Your jointer has a smaller motor than your saw which draws less amperage so it poses less load to the circuit, plus it's pretty rare to ever bog a jointer (IME) so there's less incentive to bother switching it.....not necessarily so with the TS. Every circuit and situation is different, and the interaction with each motor is different, but as the circuit approaches it's full capacity, 220v tends to have less voltage loss overall, which enables the circuit to better supply full amperage during peak demand. I found that switching to 220v made my 2hp saws start up faster, and recover more quickly from bogging, which makes it easier to make heavy cuts with less strain on the motor....it was more noticeable on one saw than the other. If it's an easy installation for you, I'd suggest doing it.
                Last edited by hewood; 05-30-2011, 08:53 AM.

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                • #9
                  Re: TS2424 120 volt change to 240 volt

                  The jointer/planer is the only other tool in my stable that I can easily convert to 240. Both the TS and JP have simple instructions in the manual for changing the wirnig over. Both suggest a 15 amp 240 plug and since I am in the process of planning out the wiring of the shop if I wanted to convert them at all, now would be the optimal time. It struck me as odd, that the other Rigid tool, the thickness planer, did not have similar instructions (and gettnig at the motor plate to see if it claims to be able to use 240 is presently quite inconvenient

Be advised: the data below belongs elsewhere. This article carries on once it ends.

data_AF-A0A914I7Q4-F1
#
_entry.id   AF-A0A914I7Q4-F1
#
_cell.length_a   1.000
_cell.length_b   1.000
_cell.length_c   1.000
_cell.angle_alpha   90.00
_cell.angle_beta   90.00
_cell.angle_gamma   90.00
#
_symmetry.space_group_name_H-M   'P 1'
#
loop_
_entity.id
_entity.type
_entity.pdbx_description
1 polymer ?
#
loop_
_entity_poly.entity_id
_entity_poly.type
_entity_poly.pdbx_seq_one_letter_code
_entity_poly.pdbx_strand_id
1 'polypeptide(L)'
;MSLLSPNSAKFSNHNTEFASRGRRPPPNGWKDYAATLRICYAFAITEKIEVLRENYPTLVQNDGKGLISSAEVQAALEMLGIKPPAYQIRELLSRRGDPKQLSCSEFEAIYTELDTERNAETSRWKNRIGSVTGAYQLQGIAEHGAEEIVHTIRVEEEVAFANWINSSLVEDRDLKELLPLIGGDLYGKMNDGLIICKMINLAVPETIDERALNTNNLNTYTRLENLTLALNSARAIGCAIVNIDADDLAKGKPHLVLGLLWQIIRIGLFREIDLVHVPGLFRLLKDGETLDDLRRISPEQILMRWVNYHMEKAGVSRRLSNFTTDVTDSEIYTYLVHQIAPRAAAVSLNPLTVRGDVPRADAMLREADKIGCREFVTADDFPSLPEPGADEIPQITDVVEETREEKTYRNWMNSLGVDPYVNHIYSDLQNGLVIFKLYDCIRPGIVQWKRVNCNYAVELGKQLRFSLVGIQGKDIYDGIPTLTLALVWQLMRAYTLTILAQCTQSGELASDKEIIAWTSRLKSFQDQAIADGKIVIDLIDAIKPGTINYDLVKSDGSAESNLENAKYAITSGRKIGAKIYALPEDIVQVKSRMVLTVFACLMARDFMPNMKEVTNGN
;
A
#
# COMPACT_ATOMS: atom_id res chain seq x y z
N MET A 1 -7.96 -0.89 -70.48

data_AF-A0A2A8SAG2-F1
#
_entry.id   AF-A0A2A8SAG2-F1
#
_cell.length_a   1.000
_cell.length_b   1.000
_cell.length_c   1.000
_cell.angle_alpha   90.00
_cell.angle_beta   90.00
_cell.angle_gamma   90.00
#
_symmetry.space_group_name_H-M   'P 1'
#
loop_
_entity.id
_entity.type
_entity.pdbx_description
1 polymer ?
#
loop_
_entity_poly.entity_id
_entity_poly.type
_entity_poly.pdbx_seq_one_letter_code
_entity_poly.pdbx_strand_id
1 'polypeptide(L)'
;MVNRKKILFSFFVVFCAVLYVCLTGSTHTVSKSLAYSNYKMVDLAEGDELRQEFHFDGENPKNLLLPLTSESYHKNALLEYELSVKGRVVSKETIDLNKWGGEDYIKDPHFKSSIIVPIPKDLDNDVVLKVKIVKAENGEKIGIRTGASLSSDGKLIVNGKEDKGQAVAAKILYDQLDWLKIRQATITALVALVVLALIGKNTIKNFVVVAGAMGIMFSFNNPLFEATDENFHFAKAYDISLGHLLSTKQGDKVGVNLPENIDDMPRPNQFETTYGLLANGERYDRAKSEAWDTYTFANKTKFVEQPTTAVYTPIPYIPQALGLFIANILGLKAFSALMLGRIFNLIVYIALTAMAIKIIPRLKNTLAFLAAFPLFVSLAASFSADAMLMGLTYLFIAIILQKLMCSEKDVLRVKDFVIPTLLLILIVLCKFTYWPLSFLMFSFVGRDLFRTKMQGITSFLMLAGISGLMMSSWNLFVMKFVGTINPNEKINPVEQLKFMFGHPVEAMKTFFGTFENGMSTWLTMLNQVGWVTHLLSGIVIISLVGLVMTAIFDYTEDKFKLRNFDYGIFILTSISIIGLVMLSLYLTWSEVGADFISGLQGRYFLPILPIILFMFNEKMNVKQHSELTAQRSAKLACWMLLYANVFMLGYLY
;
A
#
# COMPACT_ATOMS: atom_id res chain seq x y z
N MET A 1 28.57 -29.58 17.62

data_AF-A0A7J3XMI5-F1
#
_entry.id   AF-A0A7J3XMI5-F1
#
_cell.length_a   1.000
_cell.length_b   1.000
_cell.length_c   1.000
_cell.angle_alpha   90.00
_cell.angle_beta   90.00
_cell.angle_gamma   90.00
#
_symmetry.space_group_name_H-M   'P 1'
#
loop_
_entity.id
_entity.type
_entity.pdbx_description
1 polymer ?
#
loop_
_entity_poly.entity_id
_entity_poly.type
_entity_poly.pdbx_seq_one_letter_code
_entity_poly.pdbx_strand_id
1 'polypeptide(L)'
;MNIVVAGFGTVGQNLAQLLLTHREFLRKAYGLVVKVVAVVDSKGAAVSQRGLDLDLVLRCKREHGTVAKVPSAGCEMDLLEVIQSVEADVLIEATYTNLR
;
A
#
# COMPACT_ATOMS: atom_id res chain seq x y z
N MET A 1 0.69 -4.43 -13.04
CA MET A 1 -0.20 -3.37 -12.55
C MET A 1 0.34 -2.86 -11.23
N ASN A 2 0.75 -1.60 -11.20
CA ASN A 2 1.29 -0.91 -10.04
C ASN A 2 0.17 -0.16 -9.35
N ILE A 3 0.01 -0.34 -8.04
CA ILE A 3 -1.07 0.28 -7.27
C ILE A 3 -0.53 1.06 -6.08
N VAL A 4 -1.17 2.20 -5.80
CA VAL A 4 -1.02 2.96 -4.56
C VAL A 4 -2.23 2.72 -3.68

My only concern now is whether I can wire multiple 240 outlets on the same circuit. I can envision no scenario where I would ever want to turn on both the TS and the JP at the same time.

                  I am curently in the process of building a cyclone for use with a shop vacuum (and I will use my huge Genie with it, until it dies) The next step is to build the squirrel cage and put my own motor on it and many iof th eplans I have seen for that involve using a 240 v motor.

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                  • #10
                    Re: TS2424 120 volt change to 240 volt

                    Your thickness planer uses a universal motor, which can't be rewired in the same manner as an induction motor.

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                    • #11
                      Re: TS2424 120 volt change to 240 volt

                      I assumed as much.

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                      • #12
                        Re: TS2424 120 volt change to 240 volt

                        here is thread on a electrical board that some one asks about multiple 240 volt outlets on one circuit, (in the question that is asked is about a dryer and welder sharing the same circuit) nec references, 210.23 , 210.19(A)(4) , 213.23 A (2) , 210.21(B)(3) , 210.23(B) , and plenty of discussion about each code references
                        Clothes Dryer Circuit (if you read through it seems to be an area that is not clearly defined,

                        if your going to pull a permit and do your wiring according to the powers that be, I would call the local inspector that would be inspecting the wiring and ask how he would see this done and how he would pass the wiring when done, and how he sees NEC in this area,
                        Push sticks/blocks Save Fingers
                        ~~~~~~~~~~~~~~~~~~~
                        "The true measure of a man is how he treats someone who can do him absolutely no good."
                        attributed to Samuel Johnson
                        ~~~~~~~~~~~~~~~~~~~
                        PUBLIC NOTICE: Due to recent budget cuts, the rising cost of electricity, gas, and oil...plus the current state of the economy............the light at the end of the tunnel, has been turned off.